That's It, I'm Gear Shaming: Full Kit Training Is Only Practical In Limited Circumstances

One of the constants among the GunTubers is training in full kit. Clad to head in toe in modern camo, with every accoutrement you could imagine, dumping a whole boatload of ammunition into the berm.

Not only that, but typical folks are starting to do the same thing. It isn't just the wannabes and goofballs anymore; to paraphrase George Carlin, "I'm talking people with jobs!"

Is this something you actually want to do? Is it a good thing to get completely kitted out?

Actually, it might be, depending on what it is you do...but for the average person? No. It isn't. It's a waste of money. It's cosplay. And that's extra money you could spend on ammo.

When You Absolutely Should Train In Full Kit

Before we start bashing anyone, and we are about to tee off on these fools, let's acknowledge that there are absolutely some situations in which you should train in full kit and therefore people who should.

Police and military personnel absolutely need to train in full kit because that's what they wear on the job! DUH. That old saw about "train how you fight"? Well, that's how they'll fight.

There are certain other instances in which training in full kit or something like it is not only a good idea, but in fact necessary.

Competitive shooters need to train in the gear they're going to use at a match. While obviously the IDPA folks aren't going to be wearing multicam, USPSA, NRA Action Shooting, 3 Gun and other shooting sports competitors often wear tactical gear.

Watch some of the shooting videos from InRangeTV sometime. They wear tactical gear because they shoot matches in which using it is advantageous.

As a result, wearing a chest rig, a battle belt and so on is not only appropriate but totally necessary. If you're going to be shooting in matches wearing a plate carrier because you signed up for the Armored division of an action match, you need to shoot wearing a plate carrier.

So, obviously it isn't that no one should train in full kit.

You Look Stupid In That Vest STEVE, And You Work In Accounting!

This sounds like it's a convenient excuse to just dump on the gun community (hey, cheap heat is the best kind) but it's actually not...even if a lot of gun community gets some really stupid ideas from time to time.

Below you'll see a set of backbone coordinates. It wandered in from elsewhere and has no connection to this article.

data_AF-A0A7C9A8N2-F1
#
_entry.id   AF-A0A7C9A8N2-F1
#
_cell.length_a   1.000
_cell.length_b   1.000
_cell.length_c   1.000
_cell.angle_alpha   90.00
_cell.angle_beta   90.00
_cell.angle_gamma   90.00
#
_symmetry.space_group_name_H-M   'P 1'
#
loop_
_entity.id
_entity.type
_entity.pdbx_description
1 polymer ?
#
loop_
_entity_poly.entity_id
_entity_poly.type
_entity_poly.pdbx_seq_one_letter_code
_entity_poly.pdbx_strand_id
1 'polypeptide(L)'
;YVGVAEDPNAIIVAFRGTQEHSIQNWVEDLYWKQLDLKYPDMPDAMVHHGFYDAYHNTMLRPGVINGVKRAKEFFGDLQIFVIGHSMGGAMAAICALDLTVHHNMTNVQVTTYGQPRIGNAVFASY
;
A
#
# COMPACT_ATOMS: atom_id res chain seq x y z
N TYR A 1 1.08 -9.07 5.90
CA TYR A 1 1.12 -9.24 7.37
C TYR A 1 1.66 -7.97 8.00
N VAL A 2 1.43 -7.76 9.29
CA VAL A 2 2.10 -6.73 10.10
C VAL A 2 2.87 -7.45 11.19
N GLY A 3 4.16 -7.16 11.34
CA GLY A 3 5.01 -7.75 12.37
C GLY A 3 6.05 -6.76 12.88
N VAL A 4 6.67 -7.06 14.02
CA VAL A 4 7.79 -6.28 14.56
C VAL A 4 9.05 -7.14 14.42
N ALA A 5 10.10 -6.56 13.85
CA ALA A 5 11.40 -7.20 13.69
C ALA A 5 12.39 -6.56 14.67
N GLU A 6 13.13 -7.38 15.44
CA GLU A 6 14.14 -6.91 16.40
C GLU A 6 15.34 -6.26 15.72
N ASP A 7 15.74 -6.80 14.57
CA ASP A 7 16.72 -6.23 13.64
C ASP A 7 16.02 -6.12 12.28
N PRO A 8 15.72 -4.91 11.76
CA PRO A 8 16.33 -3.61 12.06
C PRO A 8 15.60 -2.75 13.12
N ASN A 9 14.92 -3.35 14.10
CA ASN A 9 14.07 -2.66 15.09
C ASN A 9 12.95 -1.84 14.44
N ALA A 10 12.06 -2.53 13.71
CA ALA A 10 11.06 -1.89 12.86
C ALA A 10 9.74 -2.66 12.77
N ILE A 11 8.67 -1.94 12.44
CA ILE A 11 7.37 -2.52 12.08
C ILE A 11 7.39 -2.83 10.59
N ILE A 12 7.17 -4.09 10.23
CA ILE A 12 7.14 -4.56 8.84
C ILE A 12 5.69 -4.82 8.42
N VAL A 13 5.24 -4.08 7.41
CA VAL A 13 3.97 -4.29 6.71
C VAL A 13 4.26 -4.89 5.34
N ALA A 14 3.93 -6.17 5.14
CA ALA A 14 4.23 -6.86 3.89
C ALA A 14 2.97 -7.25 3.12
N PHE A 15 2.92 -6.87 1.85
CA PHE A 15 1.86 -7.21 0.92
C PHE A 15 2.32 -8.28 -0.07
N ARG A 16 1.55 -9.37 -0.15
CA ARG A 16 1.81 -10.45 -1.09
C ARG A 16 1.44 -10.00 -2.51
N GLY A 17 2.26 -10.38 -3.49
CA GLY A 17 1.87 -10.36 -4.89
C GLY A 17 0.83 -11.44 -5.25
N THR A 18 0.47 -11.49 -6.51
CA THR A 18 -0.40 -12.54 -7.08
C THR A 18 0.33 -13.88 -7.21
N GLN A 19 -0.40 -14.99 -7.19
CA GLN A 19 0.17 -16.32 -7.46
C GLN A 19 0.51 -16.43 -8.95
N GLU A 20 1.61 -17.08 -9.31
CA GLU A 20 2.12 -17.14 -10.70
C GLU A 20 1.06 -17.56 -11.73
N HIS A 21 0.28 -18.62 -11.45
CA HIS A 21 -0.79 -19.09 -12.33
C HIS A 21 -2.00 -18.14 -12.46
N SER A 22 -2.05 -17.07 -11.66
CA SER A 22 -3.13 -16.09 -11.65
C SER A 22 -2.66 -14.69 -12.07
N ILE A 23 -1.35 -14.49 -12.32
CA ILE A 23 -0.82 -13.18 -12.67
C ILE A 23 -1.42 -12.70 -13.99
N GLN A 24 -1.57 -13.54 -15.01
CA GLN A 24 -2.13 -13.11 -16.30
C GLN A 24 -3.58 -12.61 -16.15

This is to actually view gear with a critical eye, with the idea really being that you should select gear for carrying and training that you are actually going to use, and that means beyond just the range environment.

Think of this way:

Safariland makes some pretty decent police holsters. They have good features, and good retention. So do a few other companies, like Blackhawk and the new Rapid Force holster from Alien Gear Holsters.

Are YOU going to be wearing one very often? If so, then you should absolutely train with it a lot. If you aren't...why would you bother? Just because you saw Garand Thumb (Flannel Daddy) wear one in a video? Or the guy from T-Rex Arms or whatever because he shoots fast?

How often are you going to actually wear a plate carrier? It's a good thing to have, sure, but unless you're going to wear it all day, every day...it's not terrifically practical, is it?

Perhaps another way to think of it is like this:

The average person is likely to never use a gun in self-defense. In the rare circumstance they do, it's either out in public somewhere or at home.

You don't know which convenience store is going to be robbed next, and you don't know when your home might be broken into.

If someone breaks into your house in the middle of the night (or the day, for that matter) you aren't going to have time to put on a plate carrier or a tac vest. You will have just enough time to pick up your gun, and hopefully your phone to call 9-1-1.

You won't have time to put on a helmet with NVGs, and turn them on, and turn on an IR illuminator.

If you haven't picked up on it yet, the point is the most likely scenario the armed civilian will face is an instance where they have to get out a gun RIGHT NOW and put a few shots on target RIGHT NOW to stop a threat.

Not always, but if you read news reports and watch what video there is of self-defense shootings - NOT officer-involved shootings; self-defense shootings - they tend to happen very fast.

So if you're the typical civilian and you're training to hone and maintain defensive shooting skills...a closet full of tactical gear that you really only wear to the range is not really going to help you with that very much, is it?

Choose Mission-Specific Gear

The term that people like to use is "mission-specific" and that's what you need to choose when it comes to any gun-related gear. The stuff you choose should support your goals, and your goals should reflect the reality of your situation.

Think of it like this: a 9mm carbine is not the best choice of self-defense gun if you live, say, in the backwoods of Montana. There are moose, there are grizzlies. You need something with a bit more punch. However, it's perfect if you live in a more dense suburb or in the city.

In other words, your gun(s) and gear should reflect and complement what it is that you're doing. If that's competition and sport shooting or owning a gun for self-defense, you want to set yourself up to be successful at it, not to look like your favorite GunTuber.

Maybe that involves a full kit with tactical pants, tactical shirt, plate carrier and chest rig and so on because you're a SWAT officer. Maybe that just means having a solid tactical belt with some mag carriers and a shot timer.

Do things for good reasons, and you tend to get good results.

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